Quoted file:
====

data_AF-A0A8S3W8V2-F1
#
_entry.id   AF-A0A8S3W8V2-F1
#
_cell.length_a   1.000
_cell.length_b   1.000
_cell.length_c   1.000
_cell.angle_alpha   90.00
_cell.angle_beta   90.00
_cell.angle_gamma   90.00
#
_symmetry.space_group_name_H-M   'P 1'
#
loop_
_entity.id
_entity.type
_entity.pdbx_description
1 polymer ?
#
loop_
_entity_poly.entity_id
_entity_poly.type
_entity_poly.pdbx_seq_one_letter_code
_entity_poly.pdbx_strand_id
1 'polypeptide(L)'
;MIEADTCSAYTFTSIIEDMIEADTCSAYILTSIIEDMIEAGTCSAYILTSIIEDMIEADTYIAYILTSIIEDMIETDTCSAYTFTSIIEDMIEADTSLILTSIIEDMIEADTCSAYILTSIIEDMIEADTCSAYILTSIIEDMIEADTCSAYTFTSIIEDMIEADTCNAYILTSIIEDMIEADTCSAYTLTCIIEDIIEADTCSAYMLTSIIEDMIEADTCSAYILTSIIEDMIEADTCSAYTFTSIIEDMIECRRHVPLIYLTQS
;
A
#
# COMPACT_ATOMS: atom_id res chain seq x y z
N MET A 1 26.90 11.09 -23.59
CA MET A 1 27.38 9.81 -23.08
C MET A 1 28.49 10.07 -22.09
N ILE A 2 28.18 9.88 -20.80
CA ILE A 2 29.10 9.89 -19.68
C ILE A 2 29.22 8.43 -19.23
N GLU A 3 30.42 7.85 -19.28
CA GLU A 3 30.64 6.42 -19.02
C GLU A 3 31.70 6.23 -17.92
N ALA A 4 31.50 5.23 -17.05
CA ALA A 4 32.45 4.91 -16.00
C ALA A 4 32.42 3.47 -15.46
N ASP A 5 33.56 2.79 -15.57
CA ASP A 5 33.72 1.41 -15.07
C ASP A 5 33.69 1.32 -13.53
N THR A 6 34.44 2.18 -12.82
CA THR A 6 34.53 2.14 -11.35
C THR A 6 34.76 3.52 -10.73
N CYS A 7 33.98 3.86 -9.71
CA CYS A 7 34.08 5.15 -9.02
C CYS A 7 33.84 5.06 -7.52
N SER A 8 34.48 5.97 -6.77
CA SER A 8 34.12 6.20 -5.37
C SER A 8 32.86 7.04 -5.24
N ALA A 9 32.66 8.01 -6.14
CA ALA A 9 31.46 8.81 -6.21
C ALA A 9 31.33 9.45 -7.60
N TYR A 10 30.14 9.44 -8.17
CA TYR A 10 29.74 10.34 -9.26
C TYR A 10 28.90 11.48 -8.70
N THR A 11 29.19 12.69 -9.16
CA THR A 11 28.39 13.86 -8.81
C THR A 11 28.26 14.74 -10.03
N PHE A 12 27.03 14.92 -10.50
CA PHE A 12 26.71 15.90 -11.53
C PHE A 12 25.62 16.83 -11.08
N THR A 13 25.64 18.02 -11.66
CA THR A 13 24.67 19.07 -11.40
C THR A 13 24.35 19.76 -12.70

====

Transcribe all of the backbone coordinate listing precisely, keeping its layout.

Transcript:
data_AF-A0A8S3W8V2-F1
#
_entry.id   AF-A0A8S3W8V2-F1
#
_cell.length_a   1.000
_cell.length_b   1.000
_cell.length_c   1.000
_cell.angle_alpha   90.00
_cell.angle_beta   90.00
_cell.angle_gamma   90.00
#
_symmetry.space_group_name_H-M   'P 1'
#
loop_
_entity.id
_entity.type
_entity.pdbx_description
1 polymer ?
#
loop_
_entity_poly.entity_id
_entity_poly.type
_entity_poly.pdbx_seq_one_letter_code
_entity_poly.pdbx_strand_id
1 'polypeptide(L)'
;MIEADTCSAYTFTSIIEDMIEADTCSAYILTSIIEDMIEAGTCSAYILTSIIEDMIEADTYIAYILTSIIEDMIETDTCSAYTFTSIIEDMIEADTSLILTSIIEDMIEADTCSAYILTSIIEDMIEADTCSAYILTSIIEDMIEADTCSAYTFTSIIEDMIEADTCNAYILTSIIEDMIEADTCSAYTLTCIIEDIIEADTCSAYMLTSIIEDMIEADTCSAYILTSIIEDMIEADTCSAYTFTSIIEDMIECRRHVPLIYLTQS
;
A
#
# COMPACT_ATOMS: atom_id res chain seq x y z
N MET A 1 26.90 11.09 -23.59
CA MET A 1 27.38 9.81 -23.08
C MET A 1 28.49 10.07 -22.09
N ILE A 2 28.18 9.88 -20.80
CA ILE A 2 29.10 9.89 -19.68
C ILE A 2 29.22 8.43 -19.23
N GLU A 3 30.42 7.85 -19.28
CA GLU A 3 30.64 6.42 -19.02
C GLU A 3 31.70 6.23 -17.92
N ALA A 4 31.50 5.23 -17.05
CA ALA A 4 32.45 4.91 -16.00
C ALA A 4 32.42 3.47 -15.46
N ASP A 5 33.56 2.79 -15.57
CA ASP A 5 33.72 1.41 -15.07
C ASP A 5 33.69 1.32 -13.53
N THR A 6 34.44 2.18 -12.82
CA THR A 6 34.53 2.14 -11.35
C THR A 6 34.76 3.52 -10.73
N CYS A 7 33.98 3.86 -9.71
CA CYS A 7 34.08 5.15 -9.02
C CYS A 7 33.84 5.06 -7.52
N SER A 8 34.48 5.97 -6.77
CA SER A 8 34.12 6.20 -5.37
C SER A 8 32.86 7.04 -5.24
N ALA A 9 32.66 8.01 -6.14
CA ALA A 9 31.46 8.81 -6.21
C ALA A 9 31.33 9.45 -7.60
N TYR A 10 30.14 9.44 -8.17
CA TYR A 10 29.74 10.34 -9.26
C TYR A 10 28.90 11.48 -8.70
N THR A 11 29.19 12.69 -9.16
CA THR A 11 28.39 13.86 -8.81
C THR A 11 28.26 14.74 -10.03
N PHE A 12 27.03 14.92 -10.50
CA PHE A 12 26.71 15.90 -11.53
C PHE A 12 25.62 16.83 -11.08
N THR A 13 25.64 18.02 -11.66
CA THR A 13 24.67 19.07 -11.40
C THR A 13 24.35 19.76 -12.70